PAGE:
BWW Reviews: OSTC's LOMBARDI Offers a Terrific, Timely Glimpse Into America's Favorite Game
Any play that's worth its salt contains themes, ideas or messages that stand the test of time. They pose relevant questions and provoke dialogue regardless of the present moment in time. Sometimes, the events of the day can make a play's relevance even more immediate and fascinating, taking a good play and helping it become a great one. Such is the case with Ocean State Theatre Company's production of Lombardi.
Premiering on Broadway in 2010, Lombardi is written by Eric Simonson, who based it on the book When Pride Still Mattered: A Life of Vince Lombardi by David Maraniss. Focusing on one week in 1965, the play explores the life of legendary football coach Vince Lombardi, who led the Green Bay Packers to multiple world championships and is to this day considered one of the greatest coaches in the game's history.
From Lombardi's day in the 1960s, fast-forward to today and the current state of the National Football League. Carolina Panthers Head Coach John Fox recently collapsed on a golf course and was taken to a hospital where he received heart surgery. Houston Texans Head Coach Gary Kubiak also recently had a medical emergency, as he walked off the field in the middle of a game. He received treatment after suffering a mini-stroke. The Miami Dolphins are in the middle of a hazing/bullying scandal that has consumed the entire league and spread even beyond that. An even bigger scandal, regarding concussions and the long term health of players, threatens to fundamentally change the game forever.
While those events are, of course, never referenced or mentioned in the play, there are echoes of them throughout the script. Players talk about contracts, injuries and short professional careers. Media members try to get interviews with players who refuse to talk or are forbidden from talking to them. And Coach Lombardi puts in endless hours of work, preparing for games, even though it may negatively impact his relationships or his health. The NFL today is different, of course, but not that different, and perhaps the more things have changed, the more they have stayed the same.
All of that makes OSTC's production even more important and only adds to the many good reasons to see this play. Director Amiee Turner has crafted an entertaining and powerful story of what made Lombardi great but what also made him human. She puts the appropriate focus on his moments of inspirational speeches but she also respects and emphasizes the smaller moments, such as those between Lombardi and his wife, which are just as important, if not more so.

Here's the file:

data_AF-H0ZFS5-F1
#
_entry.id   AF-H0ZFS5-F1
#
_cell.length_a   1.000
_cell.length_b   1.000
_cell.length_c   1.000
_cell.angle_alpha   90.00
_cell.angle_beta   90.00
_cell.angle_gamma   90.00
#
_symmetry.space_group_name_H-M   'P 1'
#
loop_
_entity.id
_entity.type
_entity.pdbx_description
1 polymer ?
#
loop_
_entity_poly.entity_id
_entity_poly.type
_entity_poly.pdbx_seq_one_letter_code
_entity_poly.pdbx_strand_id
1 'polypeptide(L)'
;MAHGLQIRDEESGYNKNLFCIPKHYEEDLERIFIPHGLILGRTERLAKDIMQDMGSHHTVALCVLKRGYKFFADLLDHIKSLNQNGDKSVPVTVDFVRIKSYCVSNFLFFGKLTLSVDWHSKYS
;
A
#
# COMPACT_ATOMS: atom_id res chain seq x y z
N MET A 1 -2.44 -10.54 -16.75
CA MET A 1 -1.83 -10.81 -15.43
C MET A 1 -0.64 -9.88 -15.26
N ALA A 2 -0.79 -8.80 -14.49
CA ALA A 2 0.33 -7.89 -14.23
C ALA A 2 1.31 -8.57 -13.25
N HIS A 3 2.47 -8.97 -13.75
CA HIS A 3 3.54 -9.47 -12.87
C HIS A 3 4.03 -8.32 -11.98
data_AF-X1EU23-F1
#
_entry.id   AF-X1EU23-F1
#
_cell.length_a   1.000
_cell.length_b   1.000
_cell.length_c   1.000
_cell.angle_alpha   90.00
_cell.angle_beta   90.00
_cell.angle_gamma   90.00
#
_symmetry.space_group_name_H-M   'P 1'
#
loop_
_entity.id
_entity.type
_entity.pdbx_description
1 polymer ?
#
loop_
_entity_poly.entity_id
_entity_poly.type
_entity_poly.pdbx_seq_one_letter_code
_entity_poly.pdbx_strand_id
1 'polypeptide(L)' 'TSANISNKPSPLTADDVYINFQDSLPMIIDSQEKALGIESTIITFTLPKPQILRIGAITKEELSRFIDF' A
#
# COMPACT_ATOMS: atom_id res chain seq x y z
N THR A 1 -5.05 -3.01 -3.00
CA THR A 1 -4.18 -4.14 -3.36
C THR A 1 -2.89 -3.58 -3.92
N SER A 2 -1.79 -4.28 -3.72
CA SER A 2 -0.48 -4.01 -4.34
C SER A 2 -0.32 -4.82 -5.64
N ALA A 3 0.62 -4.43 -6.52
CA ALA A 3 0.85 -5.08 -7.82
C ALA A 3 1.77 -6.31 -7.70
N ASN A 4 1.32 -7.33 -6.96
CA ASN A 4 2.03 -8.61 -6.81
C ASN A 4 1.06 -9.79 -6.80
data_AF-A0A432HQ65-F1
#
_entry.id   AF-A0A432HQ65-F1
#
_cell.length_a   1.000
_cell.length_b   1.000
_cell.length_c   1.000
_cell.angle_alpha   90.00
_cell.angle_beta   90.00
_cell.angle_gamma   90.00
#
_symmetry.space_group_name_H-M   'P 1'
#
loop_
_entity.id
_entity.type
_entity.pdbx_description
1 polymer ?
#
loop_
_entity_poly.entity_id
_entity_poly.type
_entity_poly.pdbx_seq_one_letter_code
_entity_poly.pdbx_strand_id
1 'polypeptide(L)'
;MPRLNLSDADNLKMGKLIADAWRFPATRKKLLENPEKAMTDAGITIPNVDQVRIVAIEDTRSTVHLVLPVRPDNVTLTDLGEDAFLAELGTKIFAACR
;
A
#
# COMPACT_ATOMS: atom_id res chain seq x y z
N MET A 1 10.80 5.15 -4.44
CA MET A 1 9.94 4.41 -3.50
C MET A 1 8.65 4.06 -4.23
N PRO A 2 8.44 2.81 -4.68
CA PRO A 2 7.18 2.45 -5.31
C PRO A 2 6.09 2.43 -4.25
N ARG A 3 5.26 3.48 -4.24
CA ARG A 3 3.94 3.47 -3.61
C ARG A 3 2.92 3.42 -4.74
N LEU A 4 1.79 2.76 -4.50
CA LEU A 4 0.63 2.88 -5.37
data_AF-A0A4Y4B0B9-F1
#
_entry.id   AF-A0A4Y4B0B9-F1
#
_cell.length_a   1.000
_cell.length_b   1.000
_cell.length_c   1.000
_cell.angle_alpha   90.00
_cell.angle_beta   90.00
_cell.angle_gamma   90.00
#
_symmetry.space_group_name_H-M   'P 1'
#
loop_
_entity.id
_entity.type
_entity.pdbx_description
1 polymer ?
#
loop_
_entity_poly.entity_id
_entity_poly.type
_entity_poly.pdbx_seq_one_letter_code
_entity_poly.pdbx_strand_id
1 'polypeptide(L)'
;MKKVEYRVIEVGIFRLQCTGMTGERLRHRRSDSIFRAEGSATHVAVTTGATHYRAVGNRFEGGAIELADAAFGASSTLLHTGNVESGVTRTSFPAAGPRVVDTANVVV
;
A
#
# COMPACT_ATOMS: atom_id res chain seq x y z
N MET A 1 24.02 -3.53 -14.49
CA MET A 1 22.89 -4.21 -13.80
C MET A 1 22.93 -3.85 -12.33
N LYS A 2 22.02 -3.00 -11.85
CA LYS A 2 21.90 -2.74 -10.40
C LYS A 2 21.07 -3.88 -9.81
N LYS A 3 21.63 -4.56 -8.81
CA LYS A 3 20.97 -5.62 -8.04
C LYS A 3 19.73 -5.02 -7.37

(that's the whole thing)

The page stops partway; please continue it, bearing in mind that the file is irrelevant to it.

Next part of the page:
One minor quibble with Turner's direction regards her usually perfect casting. In this case, a coupel of the actors are arguably miscast in their roles as professional football players. They just don't look the part, especially one who plays a Packer player who ran for over a thousand yards and double-digit touchdowns in a recent season. A little willing suspension of disbelief and the fact that the actors are just so likeable make it likely the audience will overlook this issue.
Leading the cast is Robert Ierardi as the titular coach. It's a wonderful, fully committed performance, one that doesn't just rely on lots of yelling and speechifying. Ierardi is a capable actor and handles all the moments of Lombardi's story, from inspirational to sad, pained or angry. His equal is Jennifer Byrne as Lombardi's wife, Marie. Their marriage is at the play's center and it's a fascinating story, more fascinating at times than the tales of the gridiron. Byrne is great as Marie, believably living the frustrations that come along with being the wife of a football coach.
Also great is Joel Kipper as Michael, a reporter who has arrived to interview Lombardi and his players for a magazine article. At first, Kipper seems to be trying too hard, trying to be too earnest. He's got a lot of natural charm, charisma and talent. Once he stops pressing and relies on those natural gifts, he gives an excellent performance. Finally, three Packers players are played by Barthelemy Atsin, Todd Berkich and Thomas Schario. They have a great energy and camaraderie onstage and are a lot of fun to watch.
Unfortunately not fun to watch is the scenic and lighting design by Kenneth J. Martin. The green monstrosity of a set is unappealing to look at and doesn't do much to help tell the story. It's hard to say what it's even supposed to be. That problem is not helped by some strange lighting choices, including oddly patterned lights that don't serve much purpose. Costume designer Brian Horton also makes some odd choices, although, having no idea what really went on back in 1965, I can't say whether or not that's what players actually wore to practice. When players appear in Packers uniforms towards the play's end, the uniforms don't look like the real thing.
Then again, audience members looking for perfect reproductions of great moments on the football field will be disappointed. This isn't that kind of show. It also isn't a play that's all about the Xs and Os. There's only a small amount of focus on the machinations and strategy of Coach Lombardi. The play is much more than that. It's a great story, an important story, about a fascinating, larger-than-life figure and his inner life, his home life, his relationships and his family. It's a story that's also very thought-provoking, especially considering the state of football today. And, most importantly, it's theatrical entertainment of the highest quality.
Lombardi is being presented at the new Ocean State Theatre in Warwick through November 24. For tickets call (401) 921-6800 or visit www.OceanStateTheatre.org.